Tag Archive | information

Poetry Information.

By John Wieners.

Rain with a sour smell. Not to worry, though you might wind up with it — primarily a race against your own skin. The skull is showing. The jerking horses in the old footage, bound to end badly. Psychic hardening, I suppose. Poetry is arranged by sound. I can say no more. A beloved relative from out of town was arriving the next day with a brand new infant who would be tense, disoriented and distraught at discovering herself uprooted from her familiar bassinet and plunged into a great metropolis seething with cutthroats and cheap chiselers. People ought to get out more, play cards more, fight more, fall down more. But we don’t need each other to watch a film, streaming overhead. At your behest, I stood behind the statue, peeking over its shoulder at live persons, catching something of their tenderness. They’ve been marinating, the young and the tough. Meanwhile you should all have live blood cell analysis.

From “Total War 2006”

By Simon Pearson.

The Islamic Alliance had spent years studying and learning Nato’s air assault techniques, always searching for weaknesses. The Egyptians and Saudis had all been taught first hand. No wonder they were able to give the first wave such a bloody nose. From Hardy’s Cyprus package thirty-seven aircraft were shot down. The other three packages and two Israeli equivalents had fared almost as badly in similarly sprung traps. A total of 106 Nato jets and 22 Israeli jets were lost. The silence of the air defences and the patience of the commanders had been richly rewarded. For the second time in a week the air campaign was suspended. With the loss of a total of five Death Stars, even the operations of the B-2s and F-117s were halted, their invisibility now very much past tense and clouded with uncertainty, while the way ahead was considered. The Islamic Alliance had moved every single SAM between dusk on the 30th and dawn on the 31st. ‘Air supremacy’ was replaced by ‘air denial’. The Alliance had won another round.

The roots of this failure could be traced back to a combination of the information revolution of the 1990s and a complacency about the problems posed by a sizeable opponent that was more reactive and flexible than the Iraqis in 1991, and the North Koreans and Serbs in 2002. The West had singularly failed to heed the warning signals. While more and more money was spent on tactical, operational and strategic information-gathering systems the complementary infrastructure required to sift, assimilate and then disseminate to the decision-makers and war-fighters remained woefully inadequate. The generals remained bullish, repeating worn-out phrases such as ‘Information is power’. What they failed to see was that the whole system was creaking under a flood of information. Throwing more computers and complex software at the problem actually slowed the whole process down as the information had to pass through an increasing number of interested parties before getting to where it was needed in a timely fashion. The revolutionary idea of a ‘military information buffet (much like a cybercafé)’, where all information and intelligence was freely and immediately available to all end-users, who would be able to take exactly what they required for their missions when they required it, were rejected on grounds of security.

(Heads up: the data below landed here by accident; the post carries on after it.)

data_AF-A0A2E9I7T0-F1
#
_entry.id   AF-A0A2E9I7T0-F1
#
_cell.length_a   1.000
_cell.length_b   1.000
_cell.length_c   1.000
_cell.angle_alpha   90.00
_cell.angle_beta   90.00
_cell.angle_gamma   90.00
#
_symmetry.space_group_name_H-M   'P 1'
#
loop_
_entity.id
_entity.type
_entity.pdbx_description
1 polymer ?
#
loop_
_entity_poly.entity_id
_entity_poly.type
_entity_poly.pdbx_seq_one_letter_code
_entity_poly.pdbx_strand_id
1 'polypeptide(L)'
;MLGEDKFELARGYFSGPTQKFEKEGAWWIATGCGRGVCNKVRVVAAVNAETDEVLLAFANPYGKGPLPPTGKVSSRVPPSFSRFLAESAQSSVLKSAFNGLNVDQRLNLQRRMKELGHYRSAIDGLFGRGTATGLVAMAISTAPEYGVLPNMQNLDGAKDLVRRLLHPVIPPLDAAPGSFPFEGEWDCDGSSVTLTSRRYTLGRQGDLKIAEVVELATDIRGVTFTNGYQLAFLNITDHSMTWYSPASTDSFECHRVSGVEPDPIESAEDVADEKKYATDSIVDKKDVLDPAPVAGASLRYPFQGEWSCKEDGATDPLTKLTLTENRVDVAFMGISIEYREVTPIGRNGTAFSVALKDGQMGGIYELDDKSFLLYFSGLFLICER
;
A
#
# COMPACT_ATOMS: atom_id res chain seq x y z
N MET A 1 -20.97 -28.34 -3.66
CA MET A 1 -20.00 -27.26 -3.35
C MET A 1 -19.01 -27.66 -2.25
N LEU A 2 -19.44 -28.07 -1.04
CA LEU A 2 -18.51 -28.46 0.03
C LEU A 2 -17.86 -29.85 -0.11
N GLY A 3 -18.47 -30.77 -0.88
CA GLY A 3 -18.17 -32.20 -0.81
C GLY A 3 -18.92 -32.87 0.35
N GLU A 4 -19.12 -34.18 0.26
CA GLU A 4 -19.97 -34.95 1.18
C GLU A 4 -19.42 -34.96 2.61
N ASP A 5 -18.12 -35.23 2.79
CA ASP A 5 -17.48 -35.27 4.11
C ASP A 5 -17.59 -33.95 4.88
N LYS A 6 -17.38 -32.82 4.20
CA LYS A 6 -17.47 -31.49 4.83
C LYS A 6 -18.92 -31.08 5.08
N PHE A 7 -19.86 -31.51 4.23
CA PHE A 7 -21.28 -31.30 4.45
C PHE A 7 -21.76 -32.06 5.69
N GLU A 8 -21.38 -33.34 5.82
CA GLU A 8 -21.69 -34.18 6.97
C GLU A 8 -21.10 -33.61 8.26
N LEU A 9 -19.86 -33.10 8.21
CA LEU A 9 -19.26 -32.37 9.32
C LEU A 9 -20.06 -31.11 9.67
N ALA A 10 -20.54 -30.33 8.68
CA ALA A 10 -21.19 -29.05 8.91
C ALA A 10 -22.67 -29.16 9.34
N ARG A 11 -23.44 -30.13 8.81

From “The Death of Kings”

By Margaret Frazer. In Shakespearean Whodunnits, ed. Mike Ashley.

That was easy enough to answer. “Because everything and everyone HAD turned against him.”

“No! They hadn’t! Bolingbroke is not so universally beloved as he likes to think he is. Among the things that I found out before …” He gestured to the walls he’d earned by plotting Bolingbroke’s death. “… was that not everyone dispersed in despair when they heard the rumors, the way the Welsh did. There were men held on to hope. For one, hardly two days’ ride away from us at Flint there was a small army of Cheshire archers who would have come if they’d heard where King Richard was. But they never heard. Why not? We sent out scouts and messengers enough!”

I didn’t answer him. What was there to say? One of my duties from our last days in Ireland had been the royal messengers and messages.

“And come to that,” Carlisle said, with the passion in him suddenly gone cold, turned measured and deliberate, “how did Bolingbroke’s men come down on us so straight? There are half a dozen castles, at the least, in striking distance along that piece of coast. Why did damn Percy come to Flint first of all?”

From “Ode to TL61P 1”

By Keston Sutherland.

The code TL61P belongs to a Hotpoint dryer;
You’ll find out nothing if you look
it up through the sky in the screen, the vault
of exchangable passion, Vertigo at
the horizon prostrate as an outstretched
cheek; but in the mouth that grows
in capacity behind that overflow,
Nobody can take away the word for it:
love, the provisional end until death;
TL61P its unconditional perfected shadow
opposite; Now go back to the start.